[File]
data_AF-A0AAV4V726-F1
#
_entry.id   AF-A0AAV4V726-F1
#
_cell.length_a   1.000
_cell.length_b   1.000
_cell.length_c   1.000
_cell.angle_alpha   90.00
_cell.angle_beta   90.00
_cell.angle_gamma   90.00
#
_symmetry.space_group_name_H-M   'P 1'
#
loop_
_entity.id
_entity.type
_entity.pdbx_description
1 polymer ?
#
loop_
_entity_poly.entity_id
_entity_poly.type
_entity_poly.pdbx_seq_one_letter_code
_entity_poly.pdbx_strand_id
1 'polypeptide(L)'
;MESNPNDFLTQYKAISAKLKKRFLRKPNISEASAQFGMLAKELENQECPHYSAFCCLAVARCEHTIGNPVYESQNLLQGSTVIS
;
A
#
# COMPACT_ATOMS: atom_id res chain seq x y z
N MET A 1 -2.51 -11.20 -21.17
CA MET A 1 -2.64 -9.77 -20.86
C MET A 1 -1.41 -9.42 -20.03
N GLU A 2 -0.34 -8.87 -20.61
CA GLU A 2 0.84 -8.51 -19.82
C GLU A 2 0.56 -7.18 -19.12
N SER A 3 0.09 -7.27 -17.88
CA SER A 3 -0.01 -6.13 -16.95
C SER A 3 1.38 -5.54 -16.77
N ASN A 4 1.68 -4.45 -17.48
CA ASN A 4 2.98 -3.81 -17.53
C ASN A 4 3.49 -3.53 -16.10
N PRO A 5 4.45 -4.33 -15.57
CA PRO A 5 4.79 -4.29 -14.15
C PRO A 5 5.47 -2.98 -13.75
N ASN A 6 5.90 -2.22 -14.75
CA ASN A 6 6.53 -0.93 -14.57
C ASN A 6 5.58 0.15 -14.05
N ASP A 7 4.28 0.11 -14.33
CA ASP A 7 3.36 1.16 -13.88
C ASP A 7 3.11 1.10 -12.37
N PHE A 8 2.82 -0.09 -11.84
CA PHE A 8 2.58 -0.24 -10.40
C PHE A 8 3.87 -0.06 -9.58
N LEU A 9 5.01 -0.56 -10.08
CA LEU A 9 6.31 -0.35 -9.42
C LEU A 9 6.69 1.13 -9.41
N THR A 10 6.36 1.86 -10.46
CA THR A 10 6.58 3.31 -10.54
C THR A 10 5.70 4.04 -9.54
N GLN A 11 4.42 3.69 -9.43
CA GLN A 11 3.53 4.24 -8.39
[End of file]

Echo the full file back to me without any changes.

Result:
data_AF-A0AAV4V726-F1
#
_entry.id   AF-A0AAV4V726-F1
#
_cell.length_a   1.000
_cell.length_b   1.000
_cell.length_c   1.000
_cell.angle_alpha   90.00
_cell.angle_beta   90.00
_cell.angle_gamma   90.00
#
_symmetry.space_group_name_H-M   'P 1'
#
loop_
_entity.id
_entity.type
_entity.pdbx_description
1 polymer ?
#
loop_
_entity_poly.entity_id
_entity_poly.type
_entity_poly.pdbx_seq_one_letter_code
_entity_poly.pdbx_strand_id
1 'polypeptide(L)'
;MESNPNDFLTQYKAISAKLKKRFLRKPNISEASAQFGMLAKELENQECPHYSAFCCLAVARCEHTIGNPVYESQNLLQGSTVIS
;
A
#
# COMPACT_ATOMS: atom_id res chain seq x y z
N MET A 1 -2.51 -11.20 -21.17
CA MET A 1 -2.64 -9.77 -20.86
C MET A 1 -1.41 -9.42 -20.03
N GLU A 2 -0.34 -8.87 -20.61
CA GLU A 2 0.84 -8.51 -19.82
C GLU A 2 0.56 -7.18 -19.12
N SER A 3 0.09 -7.27 -17.88
CA SER A 3 -0.01 -6.13 -16.95
C SER A 3 1.38 -5.54 -16.77
N ASN A 4 1.68 -4.45 -17.48
CA ASN A 4 2.98 -3.81 -17.53
C ASN A 4 3.49 -3.53 -16.10
N PRO A 5 4.45 -4.33 -15.57
CA PRO A 5 4.79 -4.29 -14.15
C PRO A 5 5.47 -2.98 -13.75
N ASN A 6 5.90 -2.22 -14.75
CA ASN A 6 6.53 -0.93 -14.57
C ASN A 6 5.58 0.15 -14.05
N ASP A 7 4.28 0.11 -14.33
CA ASP A 7 3.36 1.16 -13.88
C ASP A 7 3.11 1.10 -12.37
N PHE A 8 2.82 -0.09 -11.84
CA PHE A 8 2.58 -0.24 -10.40
C PHE A 8 3.87 -0.06 -9.58
N LEU A 9 5.01 -0.56 -10.08
CA LEU A 9 6.31 -0.35 -9.42
C LEU A 9 6.69 1.13 -9.41
N THR A 10 6.36 1.86 -10.46
CA THR A 10 6.58 3.31 -10.54
C THR A 10 5.70 4.04 -9.54
N GLN A 11 4.42 3.69 -9.43
CA GLN A 11 3.53 4.24 -8.39